#### WiltOnTilt

2411 posts
Joined 10/2007

Here your talking about villains cbetting range. Maybe it's different at the higher stakes, but in my experience at 50NL and 100NL most villains cbet almost 100% of the time on hands they opend with pf. Their cbet range being their entire opening range preflop. It seems common which is why so many float the flop with air and even the turn waiting for pf raisers to check it seems. Are we being opponent specific in the example to nits? Am I wrong or missing something? Their range could be anything inside of their opening range including sc's and one gappers and they cbet whether they hit or not. Maybe I misconstrued.

are you using a hud? All you have to do is look at the cbet stat to see that people aren't really cbetting 100%. Sure many are 70-80 (and at ssnl it's probably correct to cbet a very high %), so just use what you know about each player to tailor their range.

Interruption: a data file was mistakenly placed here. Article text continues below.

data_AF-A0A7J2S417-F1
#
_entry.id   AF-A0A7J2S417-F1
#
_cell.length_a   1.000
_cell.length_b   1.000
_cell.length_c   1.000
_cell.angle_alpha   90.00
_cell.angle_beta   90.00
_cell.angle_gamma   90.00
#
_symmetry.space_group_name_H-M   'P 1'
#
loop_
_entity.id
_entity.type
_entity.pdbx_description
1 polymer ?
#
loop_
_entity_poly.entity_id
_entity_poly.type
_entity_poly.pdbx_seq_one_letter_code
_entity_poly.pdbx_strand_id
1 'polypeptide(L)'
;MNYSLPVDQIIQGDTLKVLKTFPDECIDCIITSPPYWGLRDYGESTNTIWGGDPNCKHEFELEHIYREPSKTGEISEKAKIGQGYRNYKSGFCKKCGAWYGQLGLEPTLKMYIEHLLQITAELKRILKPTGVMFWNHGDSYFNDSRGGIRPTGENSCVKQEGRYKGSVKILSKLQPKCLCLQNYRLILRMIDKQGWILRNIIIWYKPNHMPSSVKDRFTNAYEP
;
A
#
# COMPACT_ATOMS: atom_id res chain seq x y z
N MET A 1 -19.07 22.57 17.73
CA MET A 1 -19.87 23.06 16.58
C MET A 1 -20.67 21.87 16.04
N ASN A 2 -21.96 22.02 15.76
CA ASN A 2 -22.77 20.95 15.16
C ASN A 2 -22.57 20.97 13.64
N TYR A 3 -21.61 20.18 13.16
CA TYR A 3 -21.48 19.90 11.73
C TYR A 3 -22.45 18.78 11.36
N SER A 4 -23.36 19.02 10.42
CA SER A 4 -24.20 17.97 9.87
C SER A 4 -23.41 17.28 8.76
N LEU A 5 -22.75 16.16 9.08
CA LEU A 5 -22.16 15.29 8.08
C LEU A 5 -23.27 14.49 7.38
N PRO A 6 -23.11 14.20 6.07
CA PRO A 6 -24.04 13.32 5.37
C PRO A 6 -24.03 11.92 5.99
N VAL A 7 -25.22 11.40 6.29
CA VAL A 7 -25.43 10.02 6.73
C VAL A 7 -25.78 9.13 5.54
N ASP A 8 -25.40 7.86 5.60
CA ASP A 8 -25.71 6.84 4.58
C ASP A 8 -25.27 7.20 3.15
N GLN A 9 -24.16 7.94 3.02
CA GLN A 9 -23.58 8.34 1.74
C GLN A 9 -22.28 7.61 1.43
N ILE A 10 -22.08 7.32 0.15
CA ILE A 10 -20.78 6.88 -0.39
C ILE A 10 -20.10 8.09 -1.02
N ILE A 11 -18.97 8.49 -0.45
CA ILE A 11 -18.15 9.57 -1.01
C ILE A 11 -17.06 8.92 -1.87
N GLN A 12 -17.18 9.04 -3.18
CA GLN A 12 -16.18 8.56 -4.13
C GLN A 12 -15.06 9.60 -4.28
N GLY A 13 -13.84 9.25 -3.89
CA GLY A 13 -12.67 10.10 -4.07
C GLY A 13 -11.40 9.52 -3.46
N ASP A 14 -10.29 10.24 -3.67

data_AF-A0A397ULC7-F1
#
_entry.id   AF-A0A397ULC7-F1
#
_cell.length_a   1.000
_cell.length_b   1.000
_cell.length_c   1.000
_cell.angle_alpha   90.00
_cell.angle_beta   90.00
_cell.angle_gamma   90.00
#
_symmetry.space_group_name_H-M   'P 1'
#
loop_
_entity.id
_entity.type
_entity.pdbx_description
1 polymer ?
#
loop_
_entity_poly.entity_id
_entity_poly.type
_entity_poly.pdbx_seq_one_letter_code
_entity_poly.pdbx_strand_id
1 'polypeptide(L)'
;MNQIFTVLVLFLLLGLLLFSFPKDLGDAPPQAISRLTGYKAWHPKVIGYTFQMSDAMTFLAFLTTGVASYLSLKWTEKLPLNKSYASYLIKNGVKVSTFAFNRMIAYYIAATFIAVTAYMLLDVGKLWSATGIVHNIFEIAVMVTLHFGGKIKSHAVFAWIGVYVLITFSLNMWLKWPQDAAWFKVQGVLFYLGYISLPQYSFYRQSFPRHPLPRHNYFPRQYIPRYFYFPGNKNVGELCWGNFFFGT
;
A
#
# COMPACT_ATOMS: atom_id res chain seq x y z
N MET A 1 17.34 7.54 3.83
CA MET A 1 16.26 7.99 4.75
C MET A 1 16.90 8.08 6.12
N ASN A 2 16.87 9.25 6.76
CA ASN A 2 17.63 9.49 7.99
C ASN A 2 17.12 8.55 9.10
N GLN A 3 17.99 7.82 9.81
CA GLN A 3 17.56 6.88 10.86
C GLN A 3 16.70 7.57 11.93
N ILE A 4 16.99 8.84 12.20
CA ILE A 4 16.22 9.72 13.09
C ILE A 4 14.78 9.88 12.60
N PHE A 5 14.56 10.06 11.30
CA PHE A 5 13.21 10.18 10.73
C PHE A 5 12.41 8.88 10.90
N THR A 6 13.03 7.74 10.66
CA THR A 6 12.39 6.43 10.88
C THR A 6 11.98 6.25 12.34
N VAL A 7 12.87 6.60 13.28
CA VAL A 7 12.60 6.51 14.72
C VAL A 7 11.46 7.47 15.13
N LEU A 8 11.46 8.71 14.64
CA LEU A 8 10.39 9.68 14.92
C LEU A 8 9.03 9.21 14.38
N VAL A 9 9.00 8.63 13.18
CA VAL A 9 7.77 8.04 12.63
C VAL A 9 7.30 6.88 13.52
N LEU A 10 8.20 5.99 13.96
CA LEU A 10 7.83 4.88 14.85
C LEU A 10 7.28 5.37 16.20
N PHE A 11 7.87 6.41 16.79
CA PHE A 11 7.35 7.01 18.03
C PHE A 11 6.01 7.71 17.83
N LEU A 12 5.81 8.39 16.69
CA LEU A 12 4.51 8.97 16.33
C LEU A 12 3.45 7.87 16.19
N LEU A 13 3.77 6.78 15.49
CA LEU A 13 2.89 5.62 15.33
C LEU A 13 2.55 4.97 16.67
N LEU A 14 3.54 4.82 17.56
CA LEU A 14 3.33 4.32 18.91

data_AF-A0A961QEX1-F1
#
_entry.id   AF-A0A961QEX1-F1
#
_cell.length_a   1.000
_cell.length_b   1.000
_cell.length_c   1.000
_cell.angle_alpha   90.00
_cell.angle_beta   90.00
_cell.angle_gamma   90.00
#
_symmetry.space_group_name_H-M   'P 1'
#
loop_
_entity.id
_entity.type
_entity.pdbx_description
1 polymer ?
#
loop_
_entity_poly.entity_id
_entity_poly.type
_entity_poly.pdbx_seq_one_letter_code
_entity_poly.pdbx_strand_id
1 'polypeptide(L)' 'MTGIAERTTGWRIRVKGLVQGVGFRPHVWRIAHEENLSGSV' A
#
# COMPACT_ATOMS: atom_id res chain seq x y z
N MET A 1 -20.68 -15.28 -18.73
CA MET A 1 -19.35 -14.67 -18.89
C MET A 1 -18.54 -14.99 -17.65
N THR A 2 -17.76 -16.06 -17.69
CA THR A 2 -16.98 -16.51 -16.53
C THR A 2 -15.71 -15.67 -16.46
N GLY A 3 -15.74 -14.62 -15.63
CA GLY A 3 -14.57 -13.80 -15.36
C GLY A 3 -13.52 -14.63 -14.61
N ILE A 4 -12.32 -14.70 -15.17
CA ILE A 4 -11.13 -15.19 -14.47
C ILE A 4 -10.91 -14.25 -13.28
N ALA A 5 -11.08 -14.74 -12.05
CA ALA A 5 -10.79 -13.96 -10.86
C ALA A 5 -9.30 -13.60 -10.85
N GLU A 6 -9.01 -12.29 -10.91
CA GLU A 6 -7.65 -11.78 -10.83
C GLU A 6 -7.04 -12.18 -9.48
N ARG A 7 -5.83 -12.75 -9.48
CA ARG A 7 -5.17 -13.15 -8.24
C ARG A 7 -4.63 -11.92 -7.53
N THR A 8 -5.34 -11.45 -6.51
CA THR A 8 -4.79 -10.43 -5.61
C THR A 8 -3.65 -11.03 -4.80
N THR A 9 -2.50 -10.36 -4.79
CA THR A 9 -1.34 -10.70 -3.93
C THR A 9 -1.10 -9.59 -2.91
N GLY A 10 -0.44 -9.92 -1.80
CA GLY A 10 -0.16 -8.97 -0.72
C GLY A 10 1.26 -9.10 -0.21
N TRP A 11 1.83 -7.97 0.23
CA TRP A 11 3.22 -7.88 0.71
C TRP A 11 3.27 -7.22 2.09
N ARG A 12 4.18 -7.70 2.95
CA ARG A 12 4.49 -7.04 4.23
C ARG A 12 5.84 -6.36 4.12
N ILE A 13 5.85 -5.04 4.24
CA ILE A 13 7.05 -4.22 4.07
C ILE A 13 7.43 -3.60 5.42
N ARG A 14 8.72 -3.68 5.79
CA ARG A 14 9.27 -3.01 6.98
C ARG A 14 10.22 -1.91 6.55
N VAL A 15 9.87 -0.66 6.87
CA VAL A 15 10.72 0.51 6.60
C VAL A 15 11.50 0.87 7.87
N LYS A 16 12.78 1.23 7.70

Also, it's a 3bet pot so the range is going to be tighter, but I still have some air in there. As long as you know the process you can flex the range as you see fit.

#### brainfreeze0

68 posts
Joined 05/2011

Good plan sir ty!

#### JKitok

3 posts
Joined 08/2010

First, I would like to thank you for the wonderful series that you've given us beginners of poker! 3 years after release (maybe even longer) there are still people recommending and watching your videos.

Second, I'm wondering a bit about the calculations made in around the 45 minute mark in the vid. It's when you calculate the minimum of times he needs to fold for the shove to be +EV with the Fold EQ formula.

When you calculate the EV for the fold respectively for the call, you are already making the assumption that he is folding a certain percent of the hands. If we would change the percentage of hands he is calling with, our EV for when villain is actually calling are shove will change.